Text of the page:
Inside the structure, the farmer will then construct as small brooding house, an enclosure where the day old chicks will be kept for a number of days. This is necessary because they are still fragile and cannot adapt to the temperature of the environment. The small brooding house will be covered with polythene or any other suitable material and heat source provided. Ideally, charcoal, which should be put in an elevated position such that the chicks don’t run into it and get burnt. Lighting must also be provided. Where there is electricity, bright bulbs should be fixed with rechargeable lantern on standby.
After erecting the structure, the next things to be provided are the feeders and drinkers from where the chicks would eat and drink water. Whilst they are still in the brooding enclosure, about six plastic drinkers and feeders each would do. Each will cost about N350, totalling N2,100 for the six.
When they are out of the brooding house and in the main structure, at which point, they would have grown a bit, iron feeders and drinkers, about 10 will then be provided. This costs N400 each, which will total N4000.
Food is of course, key. How fast they would grow and the body weight they would have will depend largely on how well they are fed.
Ideally, the feed 100 broilers will eat from day old to maturity – between 9 to 10 weeks – will cost about N25,000, at N3800 per bag. The price fluctuates, however, and ranges at the moment, from N3400 and N4000, up from N2500 sold a few years or months ago.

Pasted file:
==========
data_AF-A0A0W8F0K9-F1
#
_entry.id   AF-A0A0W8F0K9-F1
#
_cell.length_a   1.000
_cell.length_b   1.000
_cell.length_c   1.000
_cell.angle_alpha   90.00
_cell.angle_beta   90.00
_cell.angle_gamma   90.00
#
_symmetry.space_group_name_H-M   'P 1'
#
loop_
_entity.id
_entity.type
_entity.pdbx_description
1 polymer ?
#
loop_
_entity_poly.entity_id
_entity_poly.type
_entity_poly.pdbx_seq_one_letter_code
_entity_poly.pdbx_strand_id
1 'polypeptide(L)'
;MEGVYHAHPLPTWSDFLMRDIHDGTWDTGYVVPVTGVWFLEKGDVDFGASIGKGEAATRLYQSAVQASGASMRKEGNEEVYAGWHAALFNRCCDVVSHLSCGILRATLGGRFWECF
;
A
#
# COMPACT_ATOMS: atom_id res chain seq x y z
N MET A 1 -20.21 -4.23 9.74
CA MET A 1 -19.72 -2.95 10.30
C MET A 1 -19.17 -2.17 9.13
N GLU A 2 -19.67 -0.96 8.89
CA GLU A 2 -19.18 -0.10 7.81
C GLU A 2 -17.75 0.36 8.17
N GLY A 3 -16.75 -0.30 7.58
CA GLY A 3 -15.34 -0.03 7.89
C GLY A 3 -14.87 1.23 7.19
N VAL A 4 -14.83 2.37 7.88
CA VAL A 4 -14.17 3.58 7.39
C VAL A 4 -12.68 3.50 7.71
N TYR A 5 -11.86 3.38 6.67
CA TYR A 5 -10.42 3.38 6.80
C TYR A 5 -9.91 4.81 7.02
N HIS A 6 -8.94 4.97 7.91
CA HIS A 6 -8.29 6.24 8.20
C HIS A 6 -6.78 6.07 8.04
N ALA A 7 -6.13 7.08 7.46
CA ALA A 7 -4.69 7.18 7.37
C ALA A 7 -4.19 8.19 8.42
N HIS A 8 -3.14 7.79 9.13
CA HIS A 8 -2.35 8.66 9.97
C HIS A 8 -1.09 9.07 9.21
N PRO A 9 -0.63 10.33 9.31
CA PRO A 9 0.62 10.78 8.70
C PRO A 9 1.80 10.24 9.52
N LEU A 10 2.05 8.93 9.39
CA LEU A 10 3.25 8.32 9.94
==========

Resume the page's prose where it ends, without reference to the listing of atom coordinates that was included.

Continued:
Broilers are fragile birds that are highly prone to diseases. From day one therefore, they need to be vaccinated against diseases. This will be administered weekly or biweekly when the are more mature. Vaccines will cost about N10,000 overall.
Day old chicks:
When all else are provided, the farmer would then proceed to buy day-old broilers. This costs between N250 and N350 each. Price fluctuates depending on season. To be on the safe side, the farmer should keep N35,000 for the 100 chicks.
As noted earlier, besides the building and other capital expenditure, it would take between N80,000 and N120,000 to raise 100 broilers to maturity. At the end of which the farmer will sell each between N2500 and N3500, depending on season. During festivities, it may get to N4000. But again, like fish, it more profitable to sell directly to consumers than to middlemen.
For layers, the farmer is advised to start with as many as 2000 birds. This is because, the higher the number of birds, the lower the cost of breeding.
Drugs for layers for instance, are bought for 1000 birds, which means that if the farmer has less, he will be incurring unnecessary costs.
Day-old layers are sold at about N180 each. They are more resistant to diseases, but more capital intensive to train in the short term. They take about six months to mature fully and start laying eggs, at which point, they must have consumed a lot of feed. But in the long term, they are more profitable.
Budget for poultry (100 broilers)
1. Structure: N120,000 (rough estimate)
2.Feeders (both plastic and iron, 16): N6,500
3.Rechargeable lamp (2) N3,000
1.Day-old chicks: N35,000 (for 100)